It’s been nearly a month since Jeremy Lin was acquired by the Houston Rockets after the New York Knicks elected not to match his three-year, $25.1 million offer sheet.  Lin’s departure is still a frequent topic of conversation on New York sports-radio as fans either place the blame on him for leaving their team or at the Knicks for refusing to retain him despite the large luxury-tax penalty they faced in the deal’s third year.  Although the Knicks have been tight-lipped on the matter, Lin’s former teammate Carmelo Anthony called his deal “ridiculous” after the details emerged but later stated before the contract’s deadline that he would “definitely love to see him back.”

There have also been numerous articles written on Lin since he left the Big Apple but none were as revealing as the “Return To Sanity” story by Lee Jenkins and Pablo S. Torre that appeared in the July 30 issue of Sports Illustrated.  In the piece Lin actually opens up about his experience in New York and describes his popularity as being uncomfortable and even dangerous.  When we witnessed Lin dismantling the defense of the Los Angeles Lakers, draining three-pointers over Dirk Nowitzki, making an impressive crossover move on John Wall then finishing with a vicious dunk, and even hitting a game-winner against the Toronto Raptors no one imagined that things weren’t as easy for him off the court.  As Lin stated in the article, “I had a lot of weird things happen to me, a lot of creepy stuff.  Some people are so aggressive: ‘Give me this picture, give me this signature,’ Sometimes they’ll follow me back to my car, knock on my window and pull on my door.  That really scares me.  I have no idea what they’re going to do.  They’re banging on the car.  I was just like, Oh, my gosh, what is going on?  It kind of freaked me out.”  As a result, Lin rarely left his hotel room unless it was for a game or a practice. 

The article also delves into the mind of Jeremy Lin, who is probably the most reluctant superstar that we’ve ever seen in sports.  He opens about traveling to Times Square for the first time in a disguise and being in awe when he sees his t-shirts and jerseys on sale.  It’s almost as if he didn’t realize his economic impact until he made that trip.  I spoke with Lee Jenkins, NBA writer for Sports Illustrated, about the eye-opening journey that he and Torre took readers on and asked him how they were able to capture the last days of Linsanity in New York.

How did you and Pablo S. Torre collaborate on this piece?  What role did he play and what role did you play?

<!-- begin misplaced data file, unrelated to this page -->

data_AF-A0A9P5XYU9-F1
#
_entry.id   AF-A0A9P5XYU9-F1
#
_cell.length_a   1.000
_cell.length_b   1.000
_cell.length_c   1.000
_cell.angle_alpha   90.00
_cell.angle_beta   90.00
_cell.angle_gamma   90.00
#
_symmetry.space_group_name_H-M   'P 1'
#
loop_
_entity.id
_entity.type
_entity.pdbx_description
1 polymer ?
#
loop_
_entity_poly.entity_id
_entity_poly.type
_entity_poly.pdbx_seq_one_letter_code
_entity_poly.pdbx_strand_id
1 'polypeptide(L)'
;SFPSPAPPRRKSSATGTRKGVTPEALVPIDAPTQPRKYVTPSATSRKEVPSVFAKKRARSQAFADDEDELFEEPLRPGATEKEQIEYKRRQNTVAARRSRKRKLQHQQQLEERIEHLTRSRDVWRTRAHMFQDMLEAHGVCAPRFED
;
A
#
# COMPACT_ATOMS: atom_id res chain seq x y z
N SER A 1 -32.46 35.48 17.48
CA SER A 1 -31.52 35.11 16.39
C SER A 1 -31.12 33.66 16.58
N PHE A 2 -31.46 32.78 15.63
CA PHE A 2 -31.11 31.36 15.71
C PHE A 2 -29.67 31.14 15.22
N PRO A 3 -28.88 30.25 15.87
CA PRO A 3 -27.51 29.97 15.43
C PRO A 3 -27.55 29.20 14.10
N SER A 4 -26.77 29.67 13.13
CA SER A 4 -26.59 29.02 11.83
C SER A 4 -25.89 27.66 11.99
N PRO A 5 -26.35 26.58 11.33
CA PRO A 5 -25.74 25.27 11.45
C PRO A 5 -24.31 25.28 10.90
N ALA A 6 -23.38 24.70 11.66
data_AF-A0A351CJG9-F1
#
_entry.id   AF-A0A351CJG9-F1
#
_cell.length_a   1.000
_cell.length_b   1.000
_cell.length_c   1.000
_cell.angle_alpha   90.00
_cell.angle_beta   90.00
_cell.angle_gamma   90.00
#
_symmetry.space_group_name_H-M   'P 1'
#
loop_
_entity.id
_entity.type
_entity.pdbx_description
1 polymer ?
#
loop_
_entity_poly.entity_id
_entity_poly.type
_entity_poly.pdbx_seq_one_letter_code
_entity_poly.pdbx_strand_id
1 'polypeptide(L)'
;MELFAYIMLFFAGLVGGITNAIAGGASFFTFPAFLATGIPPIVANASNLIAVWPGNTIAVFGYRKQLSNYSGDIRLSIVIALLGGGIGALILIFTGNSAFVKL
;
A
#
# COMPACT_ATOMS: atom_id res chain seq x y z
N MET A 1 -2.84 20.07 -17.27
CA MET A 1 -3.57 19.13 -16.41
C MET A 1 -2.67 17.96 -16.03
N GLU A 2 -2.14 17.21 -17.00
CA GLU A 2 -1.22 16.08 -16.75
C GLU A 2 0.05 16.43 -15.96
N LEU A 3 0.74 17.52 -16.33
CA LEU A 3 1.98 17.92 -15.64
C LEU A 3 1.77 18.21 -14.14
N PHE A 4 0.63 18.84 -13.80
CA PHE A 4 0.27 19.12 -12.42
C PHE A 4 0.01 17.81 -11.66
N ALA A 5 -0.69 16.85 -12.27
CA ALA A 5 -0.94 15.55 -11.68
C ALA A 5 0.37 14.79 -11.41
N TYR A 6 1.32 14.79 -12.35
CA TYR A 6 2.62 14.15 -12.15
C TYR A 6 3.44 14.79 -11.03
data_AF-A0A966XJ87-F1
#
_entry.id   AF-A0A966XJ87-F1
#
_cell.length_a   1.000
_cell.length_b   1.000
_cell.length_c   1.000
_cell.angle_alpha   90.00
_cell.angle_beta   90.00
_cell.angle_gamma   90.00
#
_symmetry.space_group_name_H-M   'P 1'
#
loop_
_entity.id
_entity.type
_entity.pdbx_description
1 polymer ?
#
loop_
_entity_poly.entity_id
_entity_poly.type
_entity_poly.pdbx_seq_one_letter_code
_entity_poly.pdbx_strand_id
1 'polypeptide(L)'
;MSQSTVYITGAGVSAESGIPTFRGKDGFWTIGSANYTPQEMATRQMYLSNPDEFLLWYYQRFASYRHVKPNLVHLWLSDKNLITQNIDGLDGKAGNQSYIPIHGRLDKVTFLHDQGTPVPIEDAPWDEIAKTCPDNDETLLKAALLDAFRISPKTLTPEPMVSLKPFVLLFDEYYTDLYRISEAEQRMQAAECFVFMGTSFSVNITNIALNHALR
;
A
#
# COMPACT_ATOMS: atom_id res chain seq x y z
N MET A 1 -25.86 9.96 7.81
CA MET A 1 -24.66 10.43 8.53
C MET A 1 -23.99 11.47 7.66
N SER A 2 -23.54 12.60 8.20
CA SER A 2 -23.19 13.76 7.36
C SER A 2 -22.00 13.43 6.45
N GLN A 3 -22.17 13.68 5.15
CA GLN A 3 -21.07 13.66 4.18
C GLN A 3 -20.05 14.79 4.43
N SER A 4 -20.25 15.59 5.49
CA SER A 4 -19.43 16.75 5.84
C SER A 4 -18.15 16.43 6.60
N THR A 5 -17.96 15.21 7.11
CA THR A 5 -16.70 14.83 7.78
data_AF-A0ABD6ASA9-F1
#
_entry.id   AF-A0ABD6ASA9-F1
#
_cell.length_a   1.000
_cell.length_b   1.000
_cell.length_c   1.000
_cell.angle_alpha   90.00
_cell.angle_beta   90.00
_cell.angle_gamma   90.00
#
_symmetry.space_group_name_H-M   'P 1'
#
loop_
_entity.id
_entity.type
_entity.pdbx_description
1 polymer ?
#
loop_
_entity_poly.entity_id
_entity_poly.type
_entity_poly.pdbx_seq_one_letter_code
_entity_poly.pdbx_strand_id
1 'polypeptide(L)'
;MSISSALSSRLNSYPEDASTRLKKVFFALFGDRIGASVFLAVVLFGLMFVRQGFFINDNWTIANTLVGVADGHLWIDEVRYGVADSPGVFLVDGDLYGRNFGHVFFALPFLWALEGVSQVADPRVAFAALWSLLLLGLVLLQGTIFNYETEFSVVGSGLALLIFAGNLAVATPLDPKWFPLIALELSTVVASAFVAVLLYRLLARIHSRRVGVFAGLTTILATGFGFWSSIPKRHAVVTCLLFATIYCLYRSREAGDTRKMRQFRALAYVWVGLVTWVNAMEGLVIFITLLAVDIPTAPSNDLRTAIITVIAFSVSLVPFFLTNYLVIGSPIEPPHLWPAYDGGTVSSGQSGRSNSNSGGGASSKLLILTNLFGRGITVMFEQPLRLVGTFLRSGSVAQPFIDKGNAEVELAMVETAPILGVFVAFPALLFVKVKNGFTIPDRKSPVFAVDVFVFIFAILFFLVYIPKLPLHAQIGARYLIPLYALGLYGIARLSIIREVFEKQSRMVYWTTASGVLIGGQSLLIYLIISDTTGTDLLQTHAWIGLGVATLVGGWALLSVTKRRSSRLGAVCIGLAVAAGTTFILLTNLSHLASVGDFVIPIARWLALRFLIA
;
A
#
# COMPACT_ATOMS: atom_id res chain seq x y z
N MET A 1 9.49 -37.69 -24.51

Pablo went to Harvard and actually profiled Jeremy Lin when he played for Harvard.  So when Jeremy Lin burst onto the scene with the Knicks, Pablo did the first feature on him in the NBA and then another one a week later and both were cover stories.  He really developed a strong relationship to the point that Pablo was the first person Lin talked to after he left the Knicks and that became a story for  Pablo then used some of the reporting that he did on Lin before for the context of this story and also did the interview with Lin for this story.  I went to Houston and did more of the Rockets side and spoke to some people who were close to Lin.  Pablo also talked to people close to Lin.  As far as the writing, I wrote the first runthrough of the story and then Pablo looked at it and made a lot of great recommendations and suggested some changes.  We went over it and blended some of those in.  It was a true collaborative effort.

We learned so much from this story.  Many of us didn’t know about the details of Jeremy Lin’s four-hour meeting with the Houston Rockets on July 12.  Please provide more background.

Pablo interviewed him once right after Jeremy left New York and then again a couple of days later.  For the Web story it was more of a news story and for the magazine we try to go a bit deeper knowing that the story won’t come out for a while.  For that July 12 meeting that was most of the Rockets brass and Kevin McHale was not able to make the July 4 recruiting visit to Houston so he was there and talked to Lin about the offense and about his role in it.  They talked about what the Rockets do, about the other players on the roster, and some of the advanced statistics that they use which is somewhat unique in the NBA.  Then they extended him the final contract offer for $25.1 million.  He signed the offer sheet at that point because the offer sheet and the contract are two different signatures.  So that day at the Golden Nugget he signed the offer sheet and the Golden Nugget is actually owned by a big Rockets fan.  That’s why they stayed there and not on the strip.

So when was the initial offer of three years for $19 million made to him?

That offer was discussed during the recruiting visit to Houston on July 4.  I know Jeremy then went back to the Bay Area to Palo Alto.  He had a dinner with friends then another one with some old coaches.  What they were celebrating really was the fact that he had gotten an offer from a team because that’s what the Knicks wanted.  They wanted him to go test the market and get an offer from a team so that he could set the market value and they were going to match.  That was the whole idea.

Didn’t he also have a dinner with the Knicks?  Didn’t Knicks coach Mike Woodson say that they would “absolutely” match any offer made to Lin?

Earlier Lin had gone to L.A. and had dinner and Woodson was there.  It was with some of the Knicks people.  They kind of talked about Lin’s role and the Knicks moving forward.  They were obviously very committed to him through that July 4 time period.  Things only started to get dicey after the Rockets revisited the offer and decided to get more aggressive.

So it was Houston who initiated the higher offer and not Lin?